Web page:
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Preserved by Jehovah

Note: This article is a modified version of a graduation address delivered for Hope PRCS in Walker, MI, in June 2021. The eighth grade class text was Isaiah 43:2, and the class theme “Preserved by Jehovah.”

“When thou passest through the waters, I will be with thee; and through the rivers, they shall not overflow thee: when thou walkest through the fire, thou shalt not be burned; neither shall the flame kindle upon thee.” Isaiah 43:2

 

Water and Fire

How blessed is the knowledge of Jehovah’s preservation of us as promised in Isaiah 43:2.

Water and fire always threaten our safety. “When” says the text, not “if.” “When thou passest through the waters…and through the rivers…when thou walkest through the fire…” Although water is essential to life and the sprinkling of water in baptism is a beautiful sign, too much water can drown us, even as God used water to destroy the first world in the flood. Thus water (lots of water —“waters” and “rivers” plural) is sometimes used in Scripture as a symbol of destruction, as is fire, which burns hot and consumes. Waters and fires that threaten to destroy!

Water and fire are figures. The “waters” were literal waters for Israel when they approached the Red Sea, and the “rivers” were literal rivers when Joshua and all the people came to the Jordan with the ark. The “fire” and “flame” were literal when Daniel’s three friends were cast into Nebuchadnezzar’s furnace. However, the text is using a figure in which the overflowing water and burning flames represent the greatest adversities and difficulties that threaten the spiritual destruction of the individual believer and God’s church in the world. God does not promise to preserve our physical life should an enemy of the gospel tie us to a stake and set us on fire. God is promising the preservation of our soul.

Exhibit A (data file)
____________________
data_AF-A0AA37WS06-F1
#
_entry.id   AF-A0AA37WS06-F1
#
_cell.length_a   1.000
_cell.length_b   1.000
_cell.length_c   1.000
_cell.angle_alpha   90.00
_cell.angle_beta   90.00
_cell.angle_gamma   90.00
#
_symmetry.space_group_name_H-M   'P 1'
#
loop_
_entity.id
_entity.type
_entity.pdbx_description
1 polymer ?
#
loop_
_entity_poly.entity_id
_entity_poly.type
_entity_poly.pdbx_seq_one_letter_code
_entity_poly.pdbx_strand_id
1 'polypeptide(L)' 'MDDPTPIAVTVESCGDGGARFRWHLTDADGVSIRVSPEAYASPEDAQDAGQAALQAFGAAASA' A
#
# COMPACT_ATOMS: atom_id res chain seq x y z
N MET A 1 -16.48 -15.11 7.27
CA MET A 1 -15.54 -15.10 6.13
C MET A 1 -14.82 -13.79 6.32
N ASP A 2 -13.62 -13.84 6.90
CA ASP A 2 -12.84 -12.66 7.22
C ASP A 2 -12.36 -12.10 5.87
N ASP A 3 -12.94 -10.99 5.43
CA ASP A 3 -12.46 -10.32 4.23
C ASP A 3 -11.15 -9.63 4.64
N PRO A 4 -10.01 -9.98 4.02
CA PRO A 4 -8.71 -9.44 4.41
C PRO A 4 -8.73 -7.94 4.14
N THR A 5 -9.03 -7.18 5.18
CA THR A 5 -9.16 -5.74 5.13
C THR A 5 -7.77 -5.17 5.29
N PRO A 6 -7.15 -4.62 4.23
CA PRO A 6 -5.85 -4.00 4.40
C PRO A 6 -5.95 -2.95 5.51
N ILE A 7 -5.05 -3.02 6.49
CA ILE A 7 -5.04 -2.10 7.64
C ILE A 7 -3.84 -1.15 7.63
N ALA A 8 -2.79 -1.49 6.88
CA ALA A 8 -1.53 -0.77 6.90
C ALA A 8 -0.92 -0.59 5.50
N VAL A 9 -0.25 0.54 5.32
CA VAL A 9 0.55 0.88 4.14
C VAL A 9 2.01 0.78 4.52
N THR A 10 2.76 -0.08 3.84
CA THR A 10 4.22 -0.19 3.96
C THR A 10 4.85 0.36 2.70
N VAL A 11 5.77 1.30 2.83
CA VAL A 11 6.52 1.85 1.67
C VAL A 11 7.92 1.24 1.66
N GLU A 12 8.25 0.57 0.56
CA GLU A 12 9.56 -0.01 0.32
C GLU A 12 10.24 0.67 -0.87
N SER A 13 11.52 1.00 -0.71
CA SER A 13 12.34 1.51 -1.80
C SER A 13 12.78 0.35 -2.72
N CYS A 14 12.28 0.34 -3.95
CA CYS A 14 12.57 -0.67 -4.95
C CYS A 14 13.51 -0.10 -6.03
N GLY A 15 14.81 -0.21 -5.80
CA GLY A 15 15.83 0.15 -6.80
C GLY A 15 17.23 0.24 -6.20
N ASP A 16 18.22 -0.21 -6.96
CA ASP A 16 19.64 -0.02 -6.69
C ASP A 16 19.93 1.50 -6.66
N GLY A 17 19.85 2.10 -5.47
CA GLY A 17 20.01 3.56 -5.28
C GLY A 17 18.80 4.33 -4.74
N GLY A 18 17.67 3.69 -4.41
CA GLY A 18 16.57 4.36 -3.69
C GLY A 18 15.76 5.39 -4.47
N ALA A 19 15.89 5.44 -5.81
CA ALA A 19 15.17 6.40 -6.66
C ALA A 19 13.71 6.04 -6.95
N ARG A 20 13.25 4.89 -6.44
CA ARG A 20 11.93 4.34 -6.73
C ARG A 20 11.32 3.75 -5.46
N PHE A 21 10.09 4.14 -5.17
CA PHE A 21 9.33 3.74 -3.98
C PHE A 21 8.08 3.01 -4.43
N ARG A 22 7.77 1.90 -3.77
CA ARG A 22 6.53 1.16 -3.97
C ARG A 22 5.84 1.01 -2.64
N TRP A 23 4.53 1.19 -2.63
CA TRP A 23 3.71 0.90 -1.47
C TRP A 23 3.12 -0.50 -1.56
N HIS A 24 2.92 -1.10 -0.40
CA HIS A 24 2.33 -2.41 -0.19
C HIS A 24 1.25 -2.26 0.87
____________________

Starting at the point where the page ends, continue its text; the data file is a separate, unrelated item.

There are three ways we might experience the waters and fires. First: in anticipation. Sometimes the difficulties loom before us like a Red Sea. We are not in it yet, but we see, anticipate, and dread it. Maybe what we fear as deep water or hot fire are the difficulties accompanying the first day or week at a new job or school. It is not uncommon for many incoming freshmen to tremble in fear as they look ahead at the size of their new school building, the large number of students, the new faces, the number of changes, the advanced curriculum, and all the pressures coupled with a sense of their own inadequacies and insecurities.

Second, sometimes the great adversities are unexpected. What began as just another day at work quickly became the day you will never forget as you fell off a roof and were paralyzed for life. Or you answered your phone to discover that your older sister was in a serious automobile crash, is being airlifted to the hospital, and your parents are racing to see her before she dies. Before you even have time to fear the water and fire, they suddenly surround you.

Third, other times our experience is that we are in the midst of the water and fire, and they are unrelenting. Faith grows dim; destruction seems certain. God brings a destructive kind of cancer, and in addition to the ravages of the disease itself, there are the intense chemo treatments and drugs that leave you nauseous and frail so that you feel mentally, emotionally, and spiritually deflated month after month. And the fear—will this bring death? Perhaps you endure crippling anxiety and periodic panic attacks, and even stop attending school for a time. Or perhaps your home does not feel like a refuge from the world but a battleground for your parents’ strained marriage. How long will these waters roar and this fire rage?